I plan lots of hay and horse manure on ton top of my gild...so anything else has to be able to handle such treatment... I am thinking maybe some carrot tops to let go to seed, I would be hoping for seedlings.
If there was a plant that would help my asparagus at repelling bugs or provided a mineral or something that I didn't want to grow there (would marygolds be a simple answer?) anyway I would also use that plant for mulch.
My answer for most things is horse manure and either sawdust or hay.
Plants for a future gives this edible description: Young shoots - cooked. Boiled and used as an asparagus substitute (well lookie thar!), they make an excellent vegetable[2, 4, 115] and are widely used in Turkey.
A big part of creating polycultures with nicely partitioned niches is mixing plant architectures and root types. So taller, skinnier plants with tap roots, like cultivated Yarrows, would make good sense as asparagus companions.
Well, I'm late to the party, but I was just researching this question myself, so I thought I'd add my 2 cents.
I have a fairly conventional asparagus patch (though it is planted with a few associates) for high-yielding, large asparagus spears. If that's what you want, go conventional.
But I also have asparagus planted into an ecologically-modeled hedgerow based on a couple of the best wild asparagus patches I know of. The idea here, was to produce low-input, extensive asparagus with more of a "wild" quality (and hopefully the "wild" vigor and disease tolerance.) Also, I was guided by the land, as many of these plants (including asparagus) grow wild in guilds all around me, including in my yard.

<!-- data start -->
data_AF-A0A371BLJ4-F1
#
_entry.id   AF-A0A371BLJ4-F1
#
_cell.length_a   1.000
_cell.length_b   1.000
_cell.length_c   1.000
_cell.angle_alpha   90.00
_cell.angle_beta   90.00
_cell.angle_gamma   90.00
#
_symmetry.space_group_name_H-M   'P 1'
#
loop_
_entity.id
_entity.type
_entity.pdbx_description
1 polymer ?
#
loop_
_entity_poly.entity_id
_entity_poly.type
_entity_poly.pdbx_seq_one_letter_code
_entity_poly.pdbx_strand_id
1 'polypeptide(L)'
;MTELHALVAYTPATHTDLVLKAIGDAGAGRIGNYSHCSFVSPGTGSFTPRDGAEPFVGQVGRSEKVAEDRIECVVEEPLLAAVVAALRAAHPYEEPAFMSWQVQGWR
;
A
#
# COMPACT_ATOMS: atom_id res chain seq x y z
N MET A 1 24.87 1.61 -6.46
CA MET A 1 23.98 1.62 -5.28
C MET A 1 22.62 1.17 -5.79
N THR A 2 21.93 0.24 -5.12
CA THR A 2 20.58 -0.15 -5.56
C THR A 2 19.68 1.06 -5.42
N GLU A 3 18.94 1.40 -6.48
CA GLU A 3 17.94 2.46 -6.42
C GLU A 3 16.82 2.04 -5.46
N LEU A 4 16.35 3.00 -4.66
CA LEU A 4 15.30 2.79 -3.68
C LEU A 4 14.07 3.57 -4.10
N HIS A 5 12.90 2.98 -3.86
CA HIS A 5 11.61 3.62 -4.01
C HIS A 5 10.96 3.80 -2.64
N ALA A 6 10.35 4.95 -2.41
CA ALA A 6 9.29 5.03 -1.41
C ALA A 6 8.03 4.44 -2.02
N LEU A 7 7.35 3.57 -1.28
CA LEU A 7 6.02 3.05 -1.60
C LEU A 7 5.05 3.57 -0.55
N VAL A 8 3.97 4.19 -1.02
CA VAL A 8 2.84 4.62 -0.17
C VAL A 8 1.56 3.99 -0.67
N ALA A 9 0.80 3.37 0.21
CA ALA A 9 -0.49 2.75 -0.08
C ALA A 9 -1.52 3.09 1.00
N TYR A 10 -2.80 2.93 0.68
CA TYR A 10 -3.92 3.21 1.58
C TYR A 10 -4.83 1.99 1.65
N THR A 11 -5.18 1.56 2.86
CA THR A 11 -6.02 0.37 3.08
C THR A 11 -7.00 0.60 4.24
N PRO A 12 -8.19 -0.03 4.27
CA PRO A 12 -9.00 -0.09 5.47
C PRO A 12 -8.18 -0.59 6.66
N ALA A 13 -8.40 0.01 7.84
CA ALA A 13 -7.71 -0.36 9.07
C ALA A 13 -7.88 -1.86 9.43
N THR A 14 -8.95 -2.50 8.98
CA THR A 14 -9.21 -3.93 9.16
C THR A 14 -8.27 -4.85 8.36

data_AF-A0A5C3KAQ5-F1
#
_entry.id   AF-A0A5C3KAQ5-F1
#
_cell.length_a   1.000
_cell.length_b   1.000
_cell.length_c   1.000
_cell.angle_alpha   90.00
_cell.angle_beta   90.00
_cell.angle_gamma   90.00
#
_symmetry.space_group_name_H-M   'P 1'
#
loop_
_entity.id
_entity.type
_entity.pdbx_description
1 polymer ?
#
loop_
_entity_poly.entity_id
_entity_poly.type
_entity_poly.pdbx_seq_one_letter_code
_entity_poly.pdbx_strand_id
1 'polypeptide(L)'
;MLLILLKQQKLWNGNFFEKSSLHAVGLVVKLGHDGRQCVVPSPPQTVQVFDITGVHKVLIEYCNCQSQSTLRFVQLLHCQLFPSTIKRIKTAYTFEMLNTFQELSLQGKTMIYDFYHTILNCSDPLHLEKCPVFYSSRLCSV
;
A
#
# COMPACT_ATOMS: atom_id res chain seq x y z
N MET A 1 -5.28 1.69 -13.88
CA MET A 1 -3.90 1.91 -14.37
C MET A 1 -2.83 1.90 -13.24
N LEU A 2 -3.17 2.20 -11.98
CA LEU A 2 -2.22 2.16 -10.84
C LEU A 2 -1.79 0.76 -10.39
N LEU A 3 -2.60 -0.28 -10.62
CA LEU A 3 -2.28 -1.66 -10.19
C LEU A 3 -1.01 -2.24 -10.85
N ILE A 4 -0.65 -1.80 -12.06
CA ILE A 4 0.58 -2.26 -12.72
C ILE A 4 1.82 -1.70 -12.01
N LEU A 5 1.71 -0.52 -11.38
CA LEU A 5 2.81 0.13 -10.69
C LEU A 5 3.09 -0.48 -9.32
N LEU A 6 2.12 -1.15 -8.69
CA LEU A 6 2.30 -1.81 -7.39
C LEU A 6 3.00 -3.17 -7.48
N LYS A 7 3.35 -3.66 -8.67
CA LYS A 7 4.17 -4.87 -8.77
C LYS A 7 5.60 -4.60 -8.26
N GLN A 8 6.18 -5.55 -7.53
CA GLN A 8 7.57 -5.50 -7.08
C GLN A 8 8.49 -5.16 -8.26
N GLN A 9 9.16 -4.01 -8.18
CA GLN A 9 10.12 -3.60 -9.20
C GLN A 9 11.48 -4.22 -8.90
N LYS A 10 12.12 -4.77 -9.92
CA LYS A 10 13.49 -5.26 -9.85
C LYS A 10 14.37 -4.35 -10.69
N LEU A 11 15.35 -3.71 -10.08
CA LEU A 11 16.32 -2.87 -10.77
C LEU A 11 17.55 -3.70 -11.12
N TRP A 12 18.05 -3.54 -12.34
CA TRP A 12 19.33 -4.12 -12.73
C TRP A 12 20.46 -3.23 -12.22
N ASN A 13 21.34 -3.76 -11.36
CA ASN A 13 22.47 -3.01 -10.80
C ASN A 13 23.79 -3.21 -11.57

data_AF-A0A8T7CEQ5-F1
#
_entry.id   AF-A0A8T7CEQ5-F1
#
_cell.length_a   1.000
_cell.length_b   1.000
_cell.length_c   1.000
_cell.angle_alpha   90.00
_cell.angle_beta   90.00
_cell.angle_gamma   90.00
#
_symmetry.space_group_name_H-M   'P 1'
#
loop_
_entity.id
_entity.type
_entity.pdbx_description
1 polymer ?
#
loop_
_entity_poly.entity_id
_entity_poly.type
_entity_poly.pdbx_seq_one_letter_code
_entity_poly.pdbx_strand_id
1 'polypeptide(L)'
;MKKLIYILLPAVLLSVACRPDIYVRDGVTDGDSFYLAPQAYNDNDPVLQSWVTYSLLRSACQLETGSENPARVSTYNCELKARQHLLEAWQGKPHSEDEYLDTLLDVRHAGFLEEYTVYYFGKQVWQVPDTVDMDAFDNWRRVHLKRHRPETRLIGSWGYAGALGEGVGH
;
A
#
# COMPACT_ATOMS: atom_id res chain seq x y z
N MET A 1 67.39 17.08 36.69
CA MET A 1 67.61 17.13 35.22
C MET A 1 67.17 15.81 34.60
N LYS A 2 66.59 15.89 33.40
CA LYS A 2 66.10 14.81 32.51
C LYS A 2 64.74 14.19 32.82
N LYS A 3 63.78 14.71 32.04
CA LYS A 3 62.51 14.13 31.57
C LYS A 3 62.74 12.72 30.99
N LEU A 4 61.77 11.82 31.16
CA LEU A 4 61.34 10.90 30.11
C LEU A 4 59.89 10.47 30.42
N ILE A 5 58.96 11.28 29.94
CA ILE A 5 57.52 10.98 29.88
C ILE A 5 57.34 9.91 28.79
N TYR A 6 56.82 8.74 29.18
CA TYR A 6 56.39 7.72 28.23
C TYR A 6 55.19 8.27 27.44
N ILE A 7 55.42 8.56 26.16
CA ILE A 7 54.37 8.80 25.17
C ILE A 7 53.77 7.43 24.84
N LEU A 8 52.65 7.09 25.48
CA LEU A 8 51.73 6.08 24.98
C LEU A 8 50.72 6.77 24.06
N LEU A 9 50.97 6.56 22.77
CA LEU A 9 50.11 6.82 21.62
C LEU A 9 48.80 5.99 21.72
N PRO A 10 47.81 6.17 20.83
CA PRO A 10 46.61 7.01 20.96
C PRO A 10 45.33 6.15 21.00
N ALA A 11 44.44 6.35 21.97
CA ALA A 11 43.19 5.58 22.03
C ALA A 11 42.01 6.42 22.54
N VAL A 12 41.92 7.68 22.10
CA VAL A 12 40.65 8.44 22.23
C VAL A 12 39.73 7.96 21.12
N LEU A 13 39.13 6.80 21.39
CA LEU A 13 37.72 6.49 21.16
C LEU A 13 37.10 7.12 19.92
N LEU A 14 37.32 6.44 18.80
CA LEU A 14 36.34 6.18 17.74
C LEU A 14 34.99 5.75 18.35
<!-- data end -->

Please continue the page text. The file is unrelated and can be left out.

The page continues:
I used "improved versions" and cultivated relatives, but the basic wild guild I imitated would be mesic forest-edge, hedgerow or savannah ecology, often in disturbed land with other aggressive plants. Species I've observed around healthy wild asparagus patches (listed from canopy to ground) include Hickory and Prunus species, Elderberry, Hazel, Autumn Olive, Helianthus, Milkweed, Queen Ann's Lace, Chicory, mustards and cresses, and various prairie nitrogen fixers, especially red and white clover. The asparagus is mostly planted in pure clumps surrounded by plants I can "chop and drop" to quickly keep competition down.
I see asparagus growing with asters, carrots and grasses all the time. But the best-looking wild spears, in my experience, come from patches with lots of sun, but without too much grass. It might also be helpful to Google "wild asparagus" and look through the images. Lots of pics of gus with his floral buddies.
Too soon to say weather or not my guild has worked as well as those it copies. Just imitating what I've observed.
Oh, and I've been lurking around Permies for many moons, but this is my first post here.
For what it's worth, my mom's had a fairly conventional asparagus patch going for over 30 years now. It gets regular applications of manure as mulch and she does allow alpine strawberries to grow wherever they show up.